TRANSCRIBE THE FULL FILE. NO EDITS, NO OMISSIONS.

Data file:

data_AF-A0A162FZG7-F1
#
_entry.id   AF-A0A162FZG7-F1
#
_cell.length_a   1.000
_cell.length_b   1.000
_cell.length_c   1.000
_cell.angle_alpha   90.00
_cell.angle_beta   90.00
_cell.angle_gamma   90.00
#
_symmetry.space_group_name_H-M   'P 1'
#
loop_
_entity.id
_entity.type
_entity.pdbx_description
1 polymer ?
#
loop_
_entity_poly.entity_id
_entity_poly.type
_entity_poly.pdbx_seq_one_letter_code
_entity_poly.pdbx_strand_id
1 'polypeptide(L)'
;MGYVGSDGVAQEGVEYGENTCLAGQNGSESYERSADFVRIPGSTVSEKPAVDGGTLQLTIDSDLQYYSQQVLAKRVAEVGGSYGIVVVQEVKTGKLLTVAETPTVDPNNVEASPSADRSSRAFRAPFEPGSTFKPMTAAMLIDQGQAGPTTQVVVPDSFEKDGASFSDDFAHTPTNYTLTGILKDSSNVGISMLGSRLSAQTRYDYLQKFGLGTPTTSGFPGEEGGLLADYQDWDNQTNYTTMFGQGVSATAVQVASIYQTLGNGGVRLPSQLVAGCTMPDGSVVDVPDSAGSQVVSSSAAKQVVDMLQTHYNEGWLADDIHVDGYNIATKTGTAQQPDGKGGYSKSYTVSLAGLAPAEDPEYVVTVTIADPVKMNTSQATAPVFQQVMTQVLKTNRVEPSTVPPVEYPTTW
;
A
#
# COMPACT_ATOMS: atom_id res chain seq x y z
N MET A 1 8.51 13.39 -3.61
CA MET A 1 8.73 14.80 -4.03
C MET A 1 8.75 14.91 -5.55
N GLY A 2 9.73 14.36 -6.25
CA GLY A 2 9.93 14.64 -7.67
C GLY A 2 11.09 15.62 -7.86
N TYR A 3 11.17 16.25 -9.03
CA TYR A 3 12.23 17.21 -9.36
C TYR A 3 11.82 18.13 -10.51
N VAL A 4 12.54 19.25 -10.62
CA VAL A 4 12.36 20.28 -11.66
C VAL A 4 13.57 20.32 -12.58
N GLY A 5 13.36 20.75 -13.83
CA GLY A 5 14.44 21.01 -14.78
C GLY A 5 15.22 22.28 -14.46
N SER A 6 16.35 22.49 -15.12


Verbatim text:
data_AF-A0A162FZG7-F1
#
_entry.id   AF-A0A162FZG7-F1
#
_cell.length_a   1.000
_cell.length_b   1.000
_cell.length_c   1.000
_cell.angle_alpha   90.00
_cell.angle_beta   90.00
_cell.angle_gamma   90.00
#
_symmetry.space_group_name_H-M   'P 1'
#
loop_
_entity.id
_entity.type
_entity.pdbx_description
1 polymer ?
#
loop_
_entity_poly.entity_id
_entity_poly.type
_entity_poly.pdbx_seq_one_letter_code
_entity_poly.pdbx_strand_id
1 'polypeptide(L)'
;MGYVGSDGVAQEGVEYGENTCLAGQNGSESYERSADFVRIPGSTVSEKPAVDGGTLQLTIDSDLQYYSQQVLAKRVAEVGGSYGIVVVQEVKTGKLLTVAETPTVDPNNVEASPSADRSSRAFRAPFEPGSTFKPMTAAMLIDQGQAGPTTQVVVPDSFEKDGASFSDDFAHTPTNYTLTGILKDSSNVGISMLGSRLSAQTRYDYLQKFGLGTPTTSGFPGEEGGLLADYQDWDNQTNYTTMFGQGVSATAVQVASIYQTLGNGGVRLPSQLVAGCTMPDGSVVDVPDSAGSQVVSSSAAKQVVDMLQTHYNEGWLADDIHVDGYNIATKTGTAQQPDGKGGYSKSYTVSLAGLAPAEDPEYVVTVTIADPVKMNTSQATAPVFQQVMTQVLKTNRVEPSTVPPVEYPTTW
;
A
#
# COMPACT_ATOMS: atom_id res chain seq x y z
N MET A 1 8.51 13.39 -3.61
CA MET A 1 8.73 14.80 -4.03
C MET A 1 8.75 14.91 -5.55
N GLY A 2 9.73 14.36 -6.25
CA GLY A 2 9.93 14.64 -7.67
C GLY A 2 11.09 15.62 -7.86
N TYR A 3 11.17 16.25 -9.03
CA TYR A 3 12.23 17.21 -9.36
C TYR A 3 11.82 18.13 -10.51
N VAL A 4 12.54 19.25 -10.62
CA VAL A 4 12.36 20.28 -11.66
C VAL A 4 13.57 20.32 -12.58
N GLY A 5 13.36 20.75 -13.83
CA GLY A 5 14.44 21.01 -14.78
C GLY A 5 15.22 22.28 -14.46
N SER A 6 16.35 22.49 -15.12